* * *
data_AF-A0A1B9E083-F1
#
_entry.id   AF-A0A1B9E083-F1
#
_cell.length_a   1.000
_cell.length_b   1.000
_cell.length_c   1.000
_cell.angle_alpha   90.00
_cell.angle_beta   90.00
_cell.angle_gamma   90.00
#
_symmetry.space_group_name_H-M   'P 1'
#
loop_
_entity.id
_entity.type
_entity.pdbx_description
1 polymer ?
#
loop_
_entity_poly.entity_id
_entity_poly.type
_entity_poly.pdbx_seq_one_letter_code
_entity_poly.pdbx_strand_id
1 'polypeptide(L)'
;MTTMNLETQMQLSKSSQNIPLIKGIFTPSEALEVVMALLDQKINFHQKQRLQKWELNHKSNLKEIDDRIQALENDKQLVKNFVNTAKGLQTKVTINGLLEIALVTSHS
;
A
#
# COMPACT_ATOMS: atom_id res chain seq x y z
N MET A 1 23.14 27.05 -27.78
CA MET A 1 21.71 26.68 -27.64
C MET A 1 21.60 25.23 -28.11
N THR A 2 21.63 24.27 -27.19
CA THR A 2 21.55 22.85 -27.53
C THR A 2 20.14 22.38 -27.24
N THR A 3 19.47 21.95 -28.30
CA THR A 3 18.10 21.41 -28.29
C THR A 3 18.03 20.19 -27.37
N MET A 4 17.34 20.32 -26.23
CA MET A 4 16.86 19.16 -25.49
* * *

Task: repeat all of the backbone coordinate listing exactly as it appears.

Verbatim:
data_AF-A0A1B9E083-F1
#
_entry.id   AF-A0A1B9E083-F1
#
_cell.length_a   1.000
_cell.length_b   1.000
_cell.length_c   1.000
_cell.angle_alpha   90.00
_cell.angle_beta   90.00
_cell.angle_gamma   90.00
#
_symmetry.space_group_name_H-M   'P 1'
#
loop_
_entity.id
_entity.type
_entity.pdbx_description
1 polymer ?
#
loop_
_entity_poly.entity_id
_entity_poly.type
_entity_poly.pdbx_seq_one_letter_code
_entity_poly.pdbx_strand_id
1 'polypeptide(L)'
;MTTMNLETQMQLSKSSQNIPLIKGIFTPSEALEVVMALLDQKINFHQKQRLQKWELNHKSNLKEIDDRIQALENDKQLVKNFVNTAKGLQTKVTINGLLEIALVTSHS
;
A
#
# COMPACT_ATOMS: atom_id res chain seq x y z
N MET A 1 23.14 27.05 -27.78
CA MET A 1 21.71 26.68 -27.64
C MET A 1 21.60 25.23 -28.11
N THR A 2 21.63 24.27 -27.19
CA THR A 2 21.55 22.85 -27.53
C THR A 2 20.14 22.38 -27.24
N THR A 3 19.47 21.95 -28.30
CA THR A 3 18.10 21.41 -28.29
C THR A 3 18.03 20.19 -27.37
N MET A 4 17.34 20.32 -26.23
CA MET A 4 16.86 19.16 -25.49